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Stories from the Farm

The Devil In My Mother's Jam

Both of my parents firmly believed that if you couldn't say anything good about a person, you didn't say anything at all.  I guess that is why I never heard much about Aunt Beatrice until the day my mother got the call.  She was clearly upset, so my father and I waited anxiously for the bad news.  "Mack and Beatrice - I guess she is 'Betty' now – are coming for a visit," she relayed with an exasperated sigh.

That evening, Phyllis Harris and half the ladies from the Baptist Church, showed up at our house, hugged my mother and placed their covered dishes on the table.  (Back in those days, nothing could pull a community together like party phone lines and a local telephone operator.)  Maybe Aunt Betty was returning to Glenfield for a family funeral; Mother just forgot to mention which relative had died.  Everyone went into the parlor, and my father was given strict orders to keep me out of the front room.  Fortunately, there was a register in the floor of my bedroom, directly over the parlor, and so I went to bed uncharacteristically early that night.

I pressed my ear against the grate and listened.  Aunt Beatrice left Glenfield before finishing school, snagged herself a millionaire husband, became Betty, and now lived in California, or some place equally as sinful.  I held my breath so I wouldn't miss a word.  She went to movie theaters, dance halls, wore bright red lipstick and even had pierced her ears!  Apparently "Betty" wasn't her first name change because many of the women below kept calling her "Jezebel."  "Why, that sister of yours has the Devil sitting right on her shoulder," one woman allowed.  And the "amens" that followed, confirmed it as truth.  My heart raced; I couldn't wait to meet this woman.

To my mother's great relief, and my sad disappointment, Betty had evidently grown up, mended her ways and left the Devil in California – at least that it is how it appeared until the last day of her visit.  I was allowed to stay home from church and help my aunt make "brunch" (my father figured that must be a meal eaten by lazy people, who slept late).  As soon as my parents were gone, Aunt Betty spooned out two jars of my mother's favorite raspberry-blueberry jam, and then to my horror and amazement, she pulled champagne from her suitcase and stirred in half a bottle.  (With the family Bible at church, the demon Alcohol had been given free reign in our house.)  The mixture bubbled and hissed, just like the "Lake of Fire" Rev. Nash often preached about.  I was afraid, yet delighted with my own guilty conscience.  "Don't you ever tell your mother," Aunt Betty warned, "and be sure that you only eat the strawberry jam."  I nodded, but I had another idea.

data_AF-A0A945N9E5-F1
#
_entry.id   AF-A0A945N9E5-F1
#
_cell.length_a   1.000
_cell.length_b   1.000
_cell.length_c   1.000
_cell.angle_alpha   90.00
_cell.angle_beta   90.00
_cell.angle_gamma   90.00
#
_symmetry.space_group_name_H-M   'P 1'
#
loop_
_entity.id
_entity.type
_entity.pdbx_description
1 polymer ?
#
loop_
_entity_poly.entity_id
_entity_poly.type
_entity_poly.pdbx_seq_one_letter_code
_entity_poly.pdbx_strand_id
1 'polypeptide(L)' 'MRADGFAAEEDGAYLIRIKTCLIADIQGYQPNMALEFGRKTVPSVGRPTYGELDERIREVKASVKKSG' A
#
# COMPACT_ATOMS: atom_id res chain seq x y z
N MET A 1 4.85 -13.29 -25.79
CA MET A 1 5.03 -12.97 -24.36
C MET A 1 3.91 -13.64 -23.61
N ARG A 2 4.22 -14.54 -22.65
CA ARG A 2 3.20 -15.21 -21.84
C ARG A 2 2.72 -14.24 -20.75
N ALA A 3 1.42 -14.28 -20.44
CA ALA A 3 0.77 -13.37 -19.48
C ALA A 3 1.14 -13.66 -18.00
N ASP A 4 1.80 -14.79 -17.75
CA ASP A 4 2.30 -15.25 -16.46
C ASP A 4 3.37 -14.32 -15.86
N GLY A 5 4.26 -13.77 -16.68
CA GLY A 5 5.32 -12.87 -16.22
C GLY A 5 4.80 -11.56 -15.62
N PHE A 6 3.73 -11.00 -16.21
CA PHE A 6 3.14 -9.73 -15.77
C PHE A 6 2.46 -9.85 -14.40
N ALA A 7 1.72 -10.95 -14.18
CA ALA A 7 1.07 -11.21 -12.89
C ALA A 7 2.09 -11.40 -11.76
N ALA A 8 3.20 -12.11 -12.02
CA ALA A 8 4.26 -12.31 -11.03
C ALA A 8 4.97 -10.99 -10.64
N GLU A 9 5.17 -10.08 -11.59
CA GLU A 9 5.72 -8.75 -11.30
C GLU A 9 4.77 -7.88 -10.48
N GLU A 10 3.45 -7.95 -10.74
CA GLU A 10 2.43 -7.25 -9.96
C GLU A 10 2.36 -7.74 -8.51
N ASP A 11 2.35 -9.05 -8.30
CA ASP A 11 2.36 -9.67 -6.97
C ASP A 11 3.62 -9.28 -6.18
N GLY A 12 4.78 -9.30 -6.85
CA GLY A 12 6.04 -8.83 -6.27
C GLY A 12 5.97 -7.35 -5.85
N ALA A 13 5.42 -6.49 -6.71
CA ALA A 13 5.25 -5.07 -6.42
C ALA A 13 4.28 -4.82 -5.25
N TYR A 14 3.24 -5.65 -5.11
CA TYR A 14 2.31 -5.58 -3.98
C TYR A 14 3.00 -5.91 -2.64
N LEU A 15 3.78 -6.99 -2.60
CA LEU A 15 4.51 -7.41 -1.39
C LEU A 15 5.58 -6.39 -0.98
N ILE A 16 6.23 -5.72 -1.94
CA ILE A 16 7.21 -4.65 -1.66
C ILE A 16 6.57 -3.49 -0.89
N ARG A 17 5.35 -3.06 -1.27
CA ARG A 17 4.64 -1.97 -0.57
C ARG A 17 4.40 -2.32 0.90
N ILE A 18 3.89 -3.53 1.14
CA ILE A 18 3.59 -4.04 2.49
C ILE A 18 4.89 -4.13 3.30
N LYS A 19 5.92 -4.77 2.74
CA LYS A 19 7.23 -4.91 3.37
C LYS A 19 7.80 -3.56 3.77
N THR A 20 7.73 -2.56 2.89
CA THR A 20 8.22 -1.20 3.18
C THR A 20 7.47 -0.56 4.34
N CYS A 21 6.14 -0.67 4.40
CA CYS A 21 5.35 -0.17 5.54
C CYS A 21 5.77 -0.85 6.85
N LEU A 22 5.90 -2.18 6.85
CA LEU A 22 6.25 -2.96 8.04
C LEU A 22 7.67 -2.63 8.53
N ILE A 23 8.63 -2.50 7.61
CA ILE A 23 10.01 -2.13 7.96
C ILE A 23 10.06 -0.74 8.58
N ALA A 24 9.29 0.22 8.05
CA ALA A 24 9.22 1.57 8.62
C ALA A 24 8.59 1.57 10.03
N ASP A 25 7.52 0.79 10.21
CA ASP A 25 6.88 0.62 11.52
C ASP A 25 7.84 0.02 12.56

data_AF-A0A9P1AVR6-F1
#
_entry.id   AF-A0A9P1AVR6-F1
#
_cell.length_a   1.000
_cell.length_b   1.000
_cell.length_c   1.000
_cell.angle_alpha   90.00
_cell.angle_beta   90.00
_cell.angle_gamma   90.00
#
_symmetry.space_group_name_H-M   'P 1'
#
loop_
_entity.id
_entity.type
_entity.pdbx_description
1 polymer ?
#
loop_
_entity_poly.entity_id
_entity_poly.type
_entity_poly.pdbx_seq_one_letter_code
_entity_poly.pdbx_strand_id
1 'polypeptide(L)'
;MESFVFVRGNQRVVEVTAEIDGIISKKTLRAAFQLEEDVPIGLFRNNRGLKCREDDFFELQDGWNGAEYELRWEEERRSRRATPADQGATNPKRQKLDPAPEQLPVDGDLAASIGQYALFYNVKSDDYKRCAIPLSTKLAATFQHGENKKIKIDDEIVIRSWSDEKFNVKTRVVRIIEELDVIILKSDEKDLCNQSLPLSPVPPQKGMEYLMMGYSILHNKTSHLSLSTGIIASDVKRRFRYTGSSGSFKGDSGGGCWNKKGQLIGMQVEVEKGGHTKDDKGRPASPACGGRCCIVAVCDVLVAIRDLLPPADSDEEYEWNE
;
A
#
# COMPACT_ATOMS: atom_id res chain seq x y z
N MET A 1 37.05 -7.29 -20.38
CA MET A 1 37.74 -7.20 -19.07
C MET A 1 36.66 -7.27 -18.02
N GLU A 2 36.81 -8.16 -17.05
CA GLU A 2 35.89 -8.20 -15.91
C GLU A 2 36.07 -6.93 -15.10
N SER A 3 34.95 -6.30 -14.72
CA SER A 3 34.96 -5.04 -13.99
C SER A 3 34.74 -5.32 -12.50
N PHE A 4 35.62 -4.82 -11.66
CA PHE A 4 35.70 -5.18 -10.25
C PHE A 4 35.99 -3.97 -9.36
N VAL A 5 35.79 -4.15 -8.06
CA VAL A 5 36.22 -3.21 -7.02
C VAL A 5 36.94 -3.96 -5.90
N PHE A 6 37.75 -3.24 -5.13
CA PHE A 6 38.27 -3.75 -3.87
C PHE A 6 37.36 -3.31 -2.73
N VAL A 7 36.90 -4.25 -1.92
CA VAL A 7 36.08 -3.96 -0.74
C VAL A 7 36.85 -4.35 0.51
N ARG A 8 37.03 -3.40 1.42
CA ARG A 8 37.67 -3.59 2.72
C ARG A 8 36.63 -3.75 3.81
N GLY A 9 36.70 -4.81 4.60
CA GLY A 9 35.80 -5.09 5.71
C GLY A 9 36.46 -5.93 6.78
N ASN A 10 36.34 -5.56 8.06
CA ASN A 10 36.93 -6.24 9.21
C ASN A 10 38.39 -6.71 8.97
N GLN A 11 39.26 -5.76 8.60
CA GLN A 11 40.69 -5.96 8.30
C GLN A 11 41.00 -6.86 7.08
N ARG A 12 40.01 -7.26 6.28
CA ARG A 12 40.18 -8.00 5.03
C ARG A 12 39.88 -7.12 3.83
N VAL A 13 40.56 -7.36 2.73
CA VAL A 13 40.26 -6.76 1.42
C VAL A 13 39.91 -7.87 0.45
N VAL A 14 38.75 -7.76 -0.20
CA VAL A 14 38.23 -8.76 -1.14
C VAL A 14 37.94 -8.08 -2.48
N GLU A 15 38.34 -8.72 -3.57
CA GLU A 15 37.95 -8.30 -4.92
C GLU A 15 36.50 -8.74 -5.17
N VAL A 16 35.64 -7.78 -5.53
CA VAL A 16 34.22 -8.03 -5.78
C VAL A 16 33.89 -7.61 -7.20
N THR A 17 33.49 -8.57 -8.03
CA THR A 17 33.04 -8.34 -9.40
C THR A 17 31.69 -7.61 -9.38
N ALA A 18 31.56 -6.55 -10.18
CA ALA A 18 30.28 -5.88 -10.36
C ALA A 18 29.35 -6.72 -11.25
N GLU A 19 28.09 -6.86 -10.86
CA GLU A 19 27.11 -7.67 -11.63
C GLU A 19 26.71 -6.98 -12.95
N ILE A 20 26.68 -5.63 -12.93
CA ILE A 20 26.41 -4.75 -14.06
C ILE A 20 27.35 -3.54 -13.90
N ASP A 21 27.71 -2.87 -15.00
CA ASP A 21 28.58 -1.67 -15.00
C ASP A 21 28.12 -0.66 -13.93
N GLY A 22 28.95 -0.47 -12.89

As soon as everyone was seated at the table, I was the first to reach for the evil jam and spread it on my toast, biscuit and muffin.  I even licked the spoon.  Aunt Betty glared at me, however, we both knew she couldn't say anything.  My mother took one bite and thought it tasted funny, but Mack, Betty and I all exclaimed that she made the best jam, and this one deserved a blue ribbon.  The demon of pride was apparently also at the table, because my mother smiled, and after another taste, had to agree.  By the time the bowl was empty, everyone was laughing and enjoying each other's company.  It was a wonderful way to end the visit.

Rev. Nash claimed that love could cover a multitude of sins.  I wasn't sure how many sins were in a multitude, but as I watched two women become sisters and friends again, I knew that it could easily handle the sins of deception and pride -- not to mention the demon, Alcohol.



Copyright © Fieldstone Farms, Inc., 2008
All rights reserved.

 

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